Reading pulled close at 2-1 and 4-3 before the game slipped away.  Reading scored a run in the second inning on Luke Miller’s solo HR (5).  They scored 2 runs in the fifth on Colby Fitch’s 2-run HR.

Miller (.254) went 2-4 with 2 runs scored, 1 RBI, a double, HR.  Miller and Fitch had 3 of the Phils’ 5 hits.

Colton Eastman pitched three innings and gave up 4 runs on 4 hits and 2 walks.  Kyle Glogoski pitched 2.1 innings and gave up one run on 2 hits, 2 walks, and a hit batter while striking out five.  Billy Sullivan stranded both runners he inherited and pitched 1.2 innings of one-hit ball, striking out two.  Zach Warren pitched the final two innings and gave up a run on a hit and walk and struck out five.


Jersey Shore (8-11) lost to Hudson Valley,3-2.

Jersey Shore scored first in the second inning on a passed ball.  They entered the ninth trailing by two runs and fell short scoring once on a wild pitch.  Jhailyn Ortiz went 2-3 with 2 runs scored and a double.  The rest of the BlueClaws had 3 hits.

Jhordany Mezquita (1.93) went 4.1 innings and was lifted after 52 pitches.  He allowed one run on two hits, one a solo HR in the fourth inning, walked none, and struck out five.  Andrew Brown (1-1, 3.38) relieved and pitched 0.2 innings.  He gave up a run on 2 hits, one a solo HR in the fifth inning.  Adam Leverett (0.71) pitched the final three innings.  He gave up one run on 2 hits and a walk, the only walk issued by the BlueClaws.


GCL Phillies East and GCL Phillies West (runs 6/28 thru 9/12)


DSL Phillies Red and DSL Phillies White (starts 7/12 thru 10/2)


Here’s the affiliate scoreboard from MiLB.


The rosters and lists are up to date as of May 25th … there are 305 players in the org


Today’s Transactions in bold text.

5/25/2021 – Phillies placed RF Bryce Harper on the 10-day IL, left forearm contusion
5/25/2021 – Phillies signed FA RF Jorge Bonifacio to an MiLB contract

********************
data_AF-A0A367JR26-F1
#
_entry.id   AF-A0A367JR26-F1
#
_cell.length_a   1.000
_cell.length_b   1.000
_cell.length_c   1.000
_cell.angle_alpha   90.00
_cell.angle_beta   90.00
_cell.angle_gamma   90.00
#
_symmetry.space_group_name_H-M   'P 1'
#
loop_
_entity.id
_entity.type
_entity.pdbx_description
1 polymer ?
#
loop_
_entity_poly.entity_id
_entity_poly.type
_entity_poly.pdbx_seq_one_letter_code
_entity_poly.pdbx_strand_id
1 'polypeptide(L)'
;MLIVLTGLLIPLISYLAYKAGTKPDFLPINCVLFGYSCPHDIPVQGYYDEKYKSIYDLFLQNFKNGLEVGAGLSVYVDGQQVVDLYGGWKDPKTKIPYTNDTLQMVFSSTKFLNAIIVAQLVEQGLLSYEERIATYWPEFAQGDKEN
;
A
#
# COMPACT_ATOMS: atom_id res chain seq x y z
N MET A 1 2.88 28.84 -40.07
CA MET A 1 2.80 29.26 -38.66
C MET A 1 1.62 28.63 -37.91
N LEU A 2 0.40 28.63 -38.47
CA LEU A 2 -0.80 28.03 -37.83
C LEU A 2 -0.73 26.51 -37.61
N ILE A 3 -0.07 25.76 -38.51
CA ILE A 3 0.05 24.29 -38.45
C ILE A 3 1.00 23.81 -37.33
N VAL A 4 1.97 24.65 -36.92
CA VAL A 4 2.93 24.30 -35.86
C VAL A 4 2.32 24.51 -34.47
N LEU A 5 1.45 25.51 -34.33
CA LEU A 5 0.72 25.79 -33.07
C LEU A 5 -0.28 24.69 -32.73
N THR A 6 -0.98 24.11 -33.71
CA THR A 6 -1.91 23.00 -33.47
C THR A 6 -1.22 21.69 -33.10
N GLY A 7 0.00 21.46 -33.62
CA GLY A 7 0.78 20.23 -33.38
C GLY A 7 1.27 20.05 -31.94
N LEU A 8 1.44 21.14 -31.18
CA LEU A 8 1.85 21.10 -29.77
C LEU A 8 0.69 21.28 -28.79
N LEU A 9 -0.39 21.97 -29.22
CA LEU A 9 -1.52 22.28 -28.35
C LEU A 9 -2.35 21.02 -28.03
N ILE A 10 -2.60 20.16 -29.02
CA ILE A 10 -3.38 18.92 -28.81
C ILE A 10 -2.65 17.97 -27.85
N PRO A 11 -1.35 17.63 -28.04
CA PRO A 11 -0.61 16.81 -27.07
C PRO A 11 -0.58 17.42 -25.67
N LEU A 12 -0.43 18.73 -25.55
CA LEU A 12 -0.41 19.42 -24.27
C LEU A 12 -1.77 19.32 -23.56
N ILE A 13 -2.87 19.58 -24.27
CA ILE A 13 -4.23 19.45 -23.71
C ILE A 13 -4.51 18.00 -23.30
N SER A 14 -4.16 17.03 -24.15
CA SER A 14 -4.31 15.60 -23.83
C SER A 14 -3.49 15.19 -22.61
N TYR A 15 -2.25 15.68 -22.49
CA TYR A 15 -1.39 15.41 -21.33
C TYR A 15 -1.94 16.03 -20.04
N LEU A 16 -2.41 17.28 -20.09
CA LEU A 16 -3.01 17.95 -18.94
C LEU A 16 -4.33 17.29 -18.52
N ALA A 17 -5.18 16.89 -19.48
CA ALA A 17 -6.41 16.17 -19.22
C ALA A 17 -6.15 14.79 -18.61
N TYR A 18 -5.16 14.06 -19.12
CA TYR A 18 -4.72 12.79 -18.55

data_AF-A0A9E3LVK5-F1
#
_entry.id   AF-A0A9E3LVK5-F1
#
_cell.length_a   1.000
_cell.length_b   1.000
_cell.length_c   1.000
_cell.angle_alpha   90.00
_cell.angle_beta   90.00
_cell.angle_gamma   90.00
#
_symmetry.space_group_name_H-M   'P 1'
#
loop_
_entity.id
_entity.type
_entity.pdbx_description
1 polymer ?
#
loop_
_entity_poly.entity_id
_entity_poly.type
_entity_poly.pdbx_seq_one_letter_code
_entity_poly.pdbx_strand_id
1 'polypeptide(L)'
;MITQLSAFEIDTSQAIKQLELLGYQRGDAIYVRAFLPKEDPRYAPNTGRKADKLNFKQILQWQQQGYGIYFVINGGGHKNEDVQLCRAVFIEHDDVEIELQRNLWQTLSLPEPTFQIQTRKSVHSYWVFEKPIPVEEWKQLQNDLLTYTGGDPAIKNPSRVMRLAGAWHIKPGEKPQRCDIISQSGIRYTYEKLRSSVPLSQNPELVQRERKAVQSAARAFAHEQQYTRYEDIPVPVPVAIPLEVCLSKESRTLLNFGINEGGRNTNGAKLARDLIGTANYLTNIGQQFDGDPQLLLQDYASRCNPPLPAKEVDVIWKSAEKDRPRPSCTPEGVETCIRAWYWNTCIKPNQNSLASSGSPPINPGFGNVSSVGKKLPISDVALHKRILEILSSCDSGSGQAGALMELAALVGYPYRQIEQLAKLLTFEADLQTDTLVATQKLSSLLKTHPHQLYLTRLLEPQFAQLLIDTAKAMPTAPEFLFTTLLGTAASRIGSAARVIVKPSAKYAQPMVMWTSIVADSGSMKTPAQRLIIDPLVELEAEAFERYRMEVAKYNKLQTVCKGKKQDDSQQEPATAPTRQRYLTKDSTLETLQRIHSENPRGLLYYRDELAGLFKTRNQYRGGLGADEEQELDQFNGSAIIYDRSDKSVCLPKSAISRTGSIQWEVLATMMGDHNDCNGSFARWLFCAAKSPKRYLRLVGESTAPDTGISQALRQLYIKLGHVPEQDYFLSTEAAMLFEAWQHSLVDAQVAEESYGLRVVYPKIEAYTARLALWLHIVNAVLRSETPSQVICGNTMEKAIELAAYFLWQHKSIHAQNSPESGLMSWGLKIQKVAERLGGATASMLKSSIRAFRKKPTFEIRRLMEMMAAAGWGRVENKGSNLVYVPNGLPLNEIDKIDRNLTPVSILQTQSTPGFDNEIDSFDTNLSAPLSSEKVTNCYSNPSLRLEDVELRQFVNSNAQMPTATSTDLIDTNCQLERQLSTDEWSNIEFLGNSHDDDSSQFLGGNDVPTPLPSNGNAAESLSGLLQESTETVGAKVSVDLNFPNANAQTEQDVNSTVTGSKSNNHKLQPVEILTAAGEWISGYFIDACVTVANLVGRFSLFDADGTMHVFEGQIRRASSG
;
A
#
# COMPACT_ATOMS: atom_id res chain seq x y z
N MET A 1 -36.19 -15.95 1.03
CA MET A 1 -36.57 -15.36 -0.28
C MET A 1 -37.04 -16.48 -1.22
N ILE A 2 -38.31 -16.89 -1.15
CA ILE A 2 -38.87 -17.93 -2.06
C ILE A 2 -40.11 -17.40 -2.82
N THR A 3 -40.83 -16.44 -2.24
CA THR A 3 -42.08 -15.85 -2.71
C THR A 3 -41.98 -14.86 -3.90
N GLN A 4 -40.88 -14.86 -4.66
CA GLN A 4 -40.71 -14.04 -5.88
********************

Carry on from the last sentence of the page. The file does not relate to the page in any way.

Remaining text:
5/25/2021 – Phillies activated CF Roman Quinn
5/25/2021 – Lehigh Valley transferred LHP Kyle Dohy to the Development List
5/25/2021 – OF Jorge Bonifacio assigned to Reading
5/25/2021 – LHP Nick Lackney assigned to Jersey Shore from Reading
5/25/2021 – RHP Aidan Anderson assigned to Jersey Shore from Clearwater
5/25/2021 – C Freddy Francisco assigned to Clearwater from GCL West
5/23/2021 – Phillies claimed RHP Brady Lail off waivers from Seattle
5/23/2021 – Phillies designated RHP Ramon Rosso for assignment
5/23/2021 – Phillies optioned RHP Brady Lail to Lehigh Valley
5/23/2021 – OF Corbin Williams assigned to XST from Reading
5/23/2021 – Jersey Shore transferred RHP Ben Brown to the Development List
5/23/2021 – SS Jose Tortolero assigned to Jersey Shore from GCL East

Another player was added to the Development List, Kyle Dohy.  I included an explanation in Sunday’s Recap.  If you missed it, skipped it, or don’t remember it, I pasted it below.

I couldn’t find what exactly the Development List is, but I found out how it affects the player and his team.

According to MLR 2(c)(12) Development List – page 32

(A) Placement on the Development List. A Minor League
player may be placed on the Development List for any
non-disciplinary reason, except that a player is not eligible to be
placed on the Development List if the player is injured and
otherwise qualifies for placement on the Minor League Injured
List. Players on optional assignment to the Minor Leagues may
not be placed on the Development List without their written
consent. Upon request for placement on the Development List, the
Club must include the reason for such placement. The minimum
period of placement on the Development List shall be seven
consecutive days, except that if a player on the Development List
suffers an injury, that player is required to be transferred to the
Regular Injured List and the inactive days on the Development
List will count towards the minimum period of inactivity on the
Regular Injured List.
(B) Player Limits. A player on the Development List shall
count against the player’s Minor League Club’s Reserve List and
the Domestic Reserve List limit but not against the Club’s Active
List limit.

So, it appears to me that, regardless of what happens while a player is on the Development List, he still counts against the 180-player limit for the organization but not against the Active Player List for the individual team.

18 thoughts on “Threshers’ and Affiliates’ Recap – 5/25/2021

  1. Billy Sullivan 1st game as a Phillies’ prospect: 2 IP, 1 R, 1 H, 3 BB, 2 K